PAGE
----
In my opinion, one of the more interesting parts of the plot is the struggle of Hybrids (and, to some extent, cyborgs) against a group of protesters known as the Human Revolution, led by Brian Mulberry. The game attempts to portray various things realistically; among them, prejudice and protest groups. See, the Human Revolution isn’t a homogenous group where everybody has the exact same goals. The whole group is against drastic modifications to humans that can turn willing subjects into half-animal beings known as Hybrids… but its members show varying degrees in their demands. The more accepting members state that they want to cease gene splicing when it’s used only for fashion; after all, the procedure is irreversible. The more extreme Human Revolution members, on the other hand, are against any and all gene splicing, and are also starting to go against cyborgs too. Their basic argument is that “people who undergo these changes aren’t as human as everyone else anymore”, which they seem to believe gives them a pass to discriminate them.

My personal stance on the matter? Choosing to become a hybrid only for fashion isn’t really worth it. It’s a major decision that cannot be taken lightly. As the game shows, this treatment will radically change the life of the person undergoing it. Doing it just to look cool is overlooking all of the potential difficulties that can result from such a drastic change. And a person becoming a hybrid “for fashion” must be ready to face these changes in the eyes of the people around them – since hybrids suffer from discrimination. However, there are some people suffering from rare or otherwise untreatable diseases who survived through gene splicing.

What if it IS the only way to cure them?
Speaking of, this is also portrayed realistically – or, at least, the game tries to depict the hypocrisy of people who call themselves “accepting” of a change while actually encouraging hatred of said change. Take Brian Mulberry, as an example. He’s the leader of Human Revolution, one of its moderate members – or so he says. He claims to be fine with those who go through it to be cured from a disease, and adds that he’s only against the gene splicing treatment being done on someone who requested it for fashion. That is what he says. However, a little later, he actually approves discrimination against all hybrids – nearly celebrating that a hybrid was thrown out of their apartment by their landlord. Y’know… a hybrid who could have been one of those who had to become one to be cured from a disease. This highlights Mulberry’s hypocrisy… a form of hypocrisy he doesn’t seem to realize, much like various people in real life, supposedly holding accepting views with caveats that contradict that image of acceptance they are trying to convey.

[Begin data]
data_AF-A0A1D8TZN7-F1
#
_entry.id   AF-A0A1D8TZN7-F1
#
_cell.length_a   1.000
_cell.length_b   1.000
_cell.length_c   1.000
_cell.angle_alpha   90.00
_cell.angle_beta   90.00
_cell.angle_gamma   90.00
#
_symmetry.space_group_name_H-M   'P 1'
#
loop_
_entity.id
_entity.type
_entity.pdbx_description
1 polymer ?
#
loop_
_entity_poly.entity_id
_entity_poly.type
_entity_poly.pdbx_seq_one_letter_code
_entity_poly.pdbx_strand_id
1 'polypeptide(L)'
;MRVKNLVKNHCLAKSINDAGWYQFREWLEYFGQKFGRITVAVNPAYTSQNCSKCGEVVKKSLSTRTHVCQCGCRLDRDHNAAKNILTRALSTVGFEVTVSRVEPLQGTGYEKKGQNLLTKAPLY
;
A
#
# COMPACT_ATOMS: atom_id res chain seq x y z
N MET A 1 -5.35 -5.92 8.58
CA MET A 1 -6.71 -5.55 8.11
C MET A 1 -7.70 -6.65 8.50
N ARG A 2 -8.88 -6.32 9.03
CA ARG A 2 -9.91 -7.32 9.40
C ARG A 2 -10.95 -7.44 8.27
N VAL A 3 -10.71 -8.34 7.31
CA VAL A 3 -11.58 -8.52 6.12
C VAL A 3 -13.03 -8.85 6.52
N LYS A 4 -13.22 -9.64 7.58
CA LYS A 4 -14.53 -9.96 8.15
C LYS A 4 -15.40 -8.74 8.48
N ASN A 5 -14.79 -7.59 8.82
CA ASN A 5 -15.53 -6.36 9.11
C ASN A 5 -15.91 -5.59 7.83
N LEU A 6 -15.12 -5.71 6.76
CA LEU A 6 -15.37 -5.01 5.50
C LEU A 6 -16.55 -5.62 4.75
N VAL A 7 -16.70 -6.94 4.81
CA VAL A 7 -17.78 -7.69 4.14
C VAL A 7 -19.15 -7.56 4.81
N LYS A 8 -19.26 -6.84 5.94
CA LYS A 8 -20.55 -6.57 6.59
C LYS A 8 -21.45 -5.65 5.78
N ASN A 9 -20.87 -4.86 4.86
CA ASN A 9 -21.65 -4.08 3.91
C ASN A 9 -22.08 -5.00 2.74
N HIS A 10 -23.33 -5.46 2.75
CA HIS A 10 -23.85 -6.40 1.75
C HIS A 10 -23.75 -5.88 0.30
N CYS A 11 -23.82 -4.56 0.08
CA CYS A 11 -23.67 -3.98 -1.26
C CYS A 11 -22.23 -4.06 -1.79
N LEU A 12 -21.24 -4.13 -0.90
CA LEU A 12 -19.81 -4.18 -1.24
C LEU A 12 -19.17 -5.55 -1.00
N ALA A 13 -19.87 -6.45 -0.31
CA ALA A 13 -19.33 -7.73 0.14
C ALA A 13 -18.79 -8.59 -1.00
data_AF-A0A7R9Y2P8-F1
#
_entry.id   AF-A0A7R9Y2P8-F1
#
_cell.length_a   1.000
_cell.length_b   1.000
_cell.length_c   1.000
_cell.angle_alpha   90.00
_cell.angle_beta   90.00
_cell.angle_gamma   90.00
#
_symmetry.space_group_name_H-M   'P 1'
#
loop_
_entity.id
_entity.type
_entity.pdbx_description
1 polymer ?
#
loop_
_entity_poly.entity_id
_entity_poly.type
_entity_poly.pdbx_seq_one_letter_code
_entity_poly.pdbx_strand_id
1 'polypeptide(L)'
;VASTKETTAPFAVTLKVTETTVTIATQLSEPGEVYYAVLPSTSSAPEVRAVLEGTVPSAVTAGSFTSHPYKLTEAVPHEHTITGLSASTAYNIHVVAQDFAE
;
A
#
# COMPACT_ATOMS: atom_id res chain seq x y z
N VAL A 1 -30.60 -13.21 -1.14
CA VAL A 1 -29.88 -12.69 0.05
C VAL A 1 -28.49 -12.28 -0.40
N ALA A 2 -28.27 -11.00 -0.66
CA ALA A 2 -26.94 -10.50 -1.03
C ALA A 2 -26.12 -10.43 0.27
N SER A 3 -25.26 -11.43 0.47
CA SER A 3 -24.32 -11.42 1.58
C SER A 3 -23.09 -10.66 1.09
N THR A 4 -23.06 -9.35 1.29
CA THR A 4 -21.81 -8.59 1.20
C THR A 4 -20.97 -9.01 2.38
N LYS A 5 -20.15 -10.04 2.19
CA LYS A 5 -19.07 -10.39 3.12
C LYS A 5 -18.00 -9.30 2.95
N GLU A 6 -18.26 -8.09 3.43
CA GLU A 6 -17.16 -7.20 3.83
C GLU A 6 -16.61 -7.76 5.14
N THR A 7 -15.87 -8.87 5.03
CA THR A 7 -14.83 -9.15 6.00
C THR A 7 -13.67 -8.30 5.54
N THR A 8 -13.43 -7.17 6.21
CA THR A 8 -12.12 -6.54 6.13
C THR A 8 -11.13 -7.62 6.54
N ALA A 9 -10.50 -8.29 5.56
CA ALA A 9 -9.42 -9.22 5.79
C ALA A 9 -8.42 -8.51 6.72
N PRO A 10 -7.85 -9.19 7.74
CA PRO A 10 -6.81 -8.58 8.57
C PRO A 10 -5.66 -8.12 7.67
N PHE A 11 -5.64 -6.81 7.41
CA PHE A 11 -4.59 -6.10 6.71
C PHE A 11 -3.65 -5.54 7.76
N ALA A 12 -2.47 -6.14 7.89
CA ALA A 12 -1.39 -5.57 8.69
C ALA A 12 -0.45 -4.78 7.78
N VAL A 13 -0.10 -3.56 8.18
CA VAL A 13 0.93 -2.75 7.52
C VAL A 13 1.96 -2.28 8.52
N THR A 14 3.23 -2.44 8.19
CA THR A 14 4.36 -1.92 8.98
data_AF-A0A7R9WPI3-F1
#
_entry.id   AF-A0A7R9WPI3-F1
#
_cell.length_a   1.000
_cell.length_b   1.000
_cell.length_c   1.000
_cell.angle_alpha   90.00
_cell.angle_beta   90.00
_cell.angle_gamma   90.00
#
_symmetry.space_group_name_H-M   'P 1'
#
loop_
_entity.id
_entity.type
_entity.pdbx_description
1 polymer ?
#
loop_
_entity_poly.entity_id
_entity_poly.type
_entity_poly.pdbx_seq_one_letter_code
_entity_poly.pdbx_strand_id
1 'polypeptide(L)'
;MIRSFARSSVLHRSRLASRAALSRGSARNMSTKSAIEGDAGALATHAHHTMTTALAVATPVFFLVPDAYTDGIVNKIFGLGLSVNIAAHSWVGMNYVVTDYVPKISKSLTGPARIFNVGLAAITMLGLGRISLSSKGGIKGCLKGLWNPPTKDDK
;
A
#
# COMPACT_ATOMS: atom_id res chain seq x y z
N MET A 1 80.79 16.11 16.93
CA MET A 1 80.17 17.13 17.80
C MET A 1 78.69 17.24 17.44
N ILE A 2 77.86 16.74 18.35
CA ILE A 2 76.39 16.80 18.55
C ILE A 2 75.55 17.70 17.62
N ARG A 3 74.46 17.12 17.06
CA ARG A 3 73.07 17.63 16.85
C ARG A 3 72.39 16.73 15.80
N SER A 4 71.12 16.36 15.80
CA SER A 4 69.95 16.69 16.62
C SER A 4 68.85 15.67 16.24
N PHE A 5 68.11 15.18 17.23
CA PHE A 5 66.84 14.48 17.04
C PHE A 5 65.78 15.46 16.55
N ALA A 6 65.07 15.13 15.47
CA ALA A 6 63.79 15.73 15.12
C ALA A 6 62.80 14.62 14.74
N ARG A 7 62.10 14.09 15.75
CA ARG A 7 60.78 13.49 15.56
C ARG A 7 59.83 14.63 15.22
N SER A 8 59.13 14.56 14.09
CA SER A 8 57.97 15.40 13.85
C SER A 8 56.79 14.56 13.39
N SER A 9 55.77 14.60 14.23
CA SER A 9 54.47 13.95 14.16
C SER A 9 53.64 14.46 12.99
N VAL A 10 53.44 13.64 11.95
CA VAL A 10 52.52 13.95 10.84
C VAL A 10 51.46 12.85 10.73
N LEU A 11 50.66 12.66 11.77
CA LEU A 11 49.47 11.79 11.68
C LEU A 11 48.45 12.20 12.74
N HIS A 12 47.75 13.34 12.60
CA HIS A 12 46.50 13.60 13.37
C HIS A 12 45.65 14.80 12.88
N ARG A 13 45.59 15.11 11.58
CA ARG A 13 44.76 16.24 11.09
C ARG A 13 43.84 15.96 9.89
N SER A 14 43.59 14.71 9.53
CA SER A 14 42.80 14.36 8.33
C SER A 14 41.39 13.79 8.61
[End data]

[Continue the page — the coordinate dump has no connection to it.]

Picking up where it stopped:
Oh, Jim Sterling may have a voice to make this guy sound as trustworthy as possible; doesn’t matter, Mulberry is a jerk. Good work from this game to realistically portray this kind of thought process.

Big Brother is watching… and editing

That woman was just thrown out of a third story window.
We don't find out by who until the final chapter...
...not counting the epilogue, of course.
One of the secondary arcs of this game involves the media sources of Neo San Francisco. It’s actually important in discovering why Hayden was kidnapped – and killed, as we learn. For, you see, the main character’s investigation brings them to speak with other people from news sites… and most of them are either found dead, or are killed during the investigation. Even at least one other person who helps the heroes gets run over by a truck, in a time period where cars are all computer-controlled, and built to avoid hitting people unless their system is overridden.

It thus turns out that someone or something is aware of the protagonist and Turing’s investigation. And indeed, something is aware. The sparse leads are eventually tied together – and bring the two to Parallax, the enterprise Hayden was working for, and the most important ROM manufacturer out there. We learn of Big Blue and Baby Blue, two projects set up by Parallax. Big Blue is, basically, a program that will extend to every single ROM through the network and keep a complete database of every person’s preferences… in anything. So, you know, a less subtle version of social media that keeps track of everything you talk about and makes ad suggestions to go with these preferences. Except all of this data would go to Parallax… and considering all the people that died to bring this project to fruition, they’re not doing it for the good of mankind.